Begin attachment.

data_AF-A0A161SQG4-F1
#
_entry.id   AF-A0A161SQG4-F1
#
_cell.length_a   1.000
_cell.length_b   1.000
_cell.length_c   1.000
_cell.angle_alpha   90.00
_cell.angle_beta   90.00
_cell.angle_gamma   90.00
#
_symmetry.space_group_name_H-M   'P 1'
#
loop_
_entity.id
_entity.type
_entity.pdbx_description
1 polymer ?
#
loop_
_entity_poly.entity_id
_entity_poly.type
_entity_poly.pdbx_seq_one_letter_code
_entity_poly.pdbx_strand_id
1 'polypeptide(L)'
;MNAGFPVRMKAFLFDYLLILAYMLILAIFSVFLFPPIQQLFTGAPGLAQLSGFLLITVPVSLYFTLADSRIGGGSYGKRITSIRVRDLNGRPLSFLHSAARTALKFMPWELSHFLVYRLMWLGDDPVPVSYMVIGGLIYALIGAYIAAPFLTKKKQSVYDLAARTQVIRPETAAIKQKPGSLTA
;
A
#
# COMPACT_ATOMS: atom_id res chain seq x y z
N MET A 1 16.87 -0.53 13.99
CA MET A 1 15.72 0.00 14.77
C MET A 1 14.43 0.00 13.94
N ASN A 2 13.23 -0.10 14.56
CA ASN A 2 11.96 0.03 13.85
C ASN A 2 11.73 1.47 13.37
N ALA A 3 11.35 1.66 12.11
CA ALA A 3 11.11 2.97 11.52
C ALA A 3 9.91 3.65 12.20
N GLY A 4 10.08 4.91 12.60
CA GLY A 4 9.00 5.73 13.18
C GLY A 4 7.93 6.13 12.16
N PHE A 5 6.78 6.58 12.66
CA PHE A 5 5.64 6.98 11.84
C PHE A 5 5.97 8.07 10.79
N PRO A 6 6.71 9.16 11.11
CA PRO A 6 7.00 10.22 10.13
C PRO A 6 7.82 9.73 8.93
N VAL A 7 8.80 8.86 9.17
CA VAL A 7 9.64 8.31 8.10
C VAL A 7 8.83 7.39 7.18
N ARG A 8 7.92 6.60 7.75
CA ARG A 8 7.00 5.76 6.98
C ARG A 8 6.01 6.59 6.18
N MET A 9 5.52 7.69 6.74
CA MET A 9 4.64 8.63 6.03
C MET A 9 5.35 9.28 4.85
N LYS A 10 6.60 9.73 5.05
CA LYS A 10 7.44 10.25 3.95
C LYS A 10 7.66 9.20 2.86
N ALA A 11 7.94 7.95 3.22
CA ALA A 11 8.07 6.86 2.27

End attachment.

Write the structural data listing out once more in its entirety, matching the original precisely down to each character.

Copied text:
data_AF-A0A161SQG4-F1
#
_entry.id   AF-A0A161SQG4-F1
#
_cell.length_a   1.000
_cell.length_b   1.000
_cell.length_c   1.000
_cell.angle_alpha   90.00
_cell.angle_beta   90.00
_cell.angle_gamma   90.00
#
_symmetry.space_group_name_H-M   'P 1'
#
loop_
_entity.id
_entity.type
_entity.pdbx_description
1 polymer ?
#
loop_
_entity_poly.entity_id
_entity_poly.type
_entity_poly.pdbx_seq_one_letter_code
_entity_poly.pdbx_strand_id
1 'polypeptide(L)'
;MNAGFPVRMKAFLFDYLLILAYMLILAIFSVFLFPPIQQLFTGAPGLAQLSGFLLITVPVSLYFTLADSRIGGGSYGKRITSIRVRDLNGRPLSFLHSAARTALKFMPWELSHFLVYRLMWLGDDPVPVSYMVIGGLIYALIGAYIAAPFLTKKKQSVYDLAARTQVIRPETAAIKQKPGSLTA
;
A
#
# COMPACT_ATOMS: atom_id res chain seq x y z
N MET A 1 16.87 -0.53 13.99
CA MET A 1 15.72 0.00 14.77
C MET A 1 14.43 0.00 13.94
N ASN A 2 13.23 -0.10 14.56
CA ASN A 2 11.96 0.03 13.85
C ASN A 2 11.73 1.47 13.37
N ALA A 3 11.35 1.66 12.11
CA ALA A 3 11.11 2.97 11.52
C ALA A 3 9.91 3.65 12.20
N GLY A 4 10.08 4.91 12.60
CA GLY A 4 9.00 5.73 13.18
C GLY A 4 7.93 6.13 12.16
N PHE A 5 6.78 6.58 12.66
CA PHE A 5 5.64 6.98 11.84
C PHE A 5 5.97 8.07 10.79
N PRO A 6 6.71 9.16 11.11
CA PRO A 6 7.00 10.22 10.13
C PRO A 6 7.82 9.73 8.93
N VAL A 7 8.80 8.86 9.17
CA VAL A 7 9.64 8.31 8.10
C VAL A 7 8.83 7.39 7.18
N ARG A 8 7.92 6.60 7.75
CA ARG A 8 7.00 5.76 6.98
C ARG A 8 6.01 6.59 6.18
N MET A 9 5.52 7.69 6.74
CA MET A 9 4.64 8.63 6.03
C MET A 9 5.35 9.28 4.85
N LYS A 10 6.60 9.73 5.05
CA LYS A 10 7.44 10.25 3.95
C LYS A 10 7.66 9.20 2.86
N ALA A 11 7.94 7.95 3.22
CA ALA A 11 8.07 6.86 2.27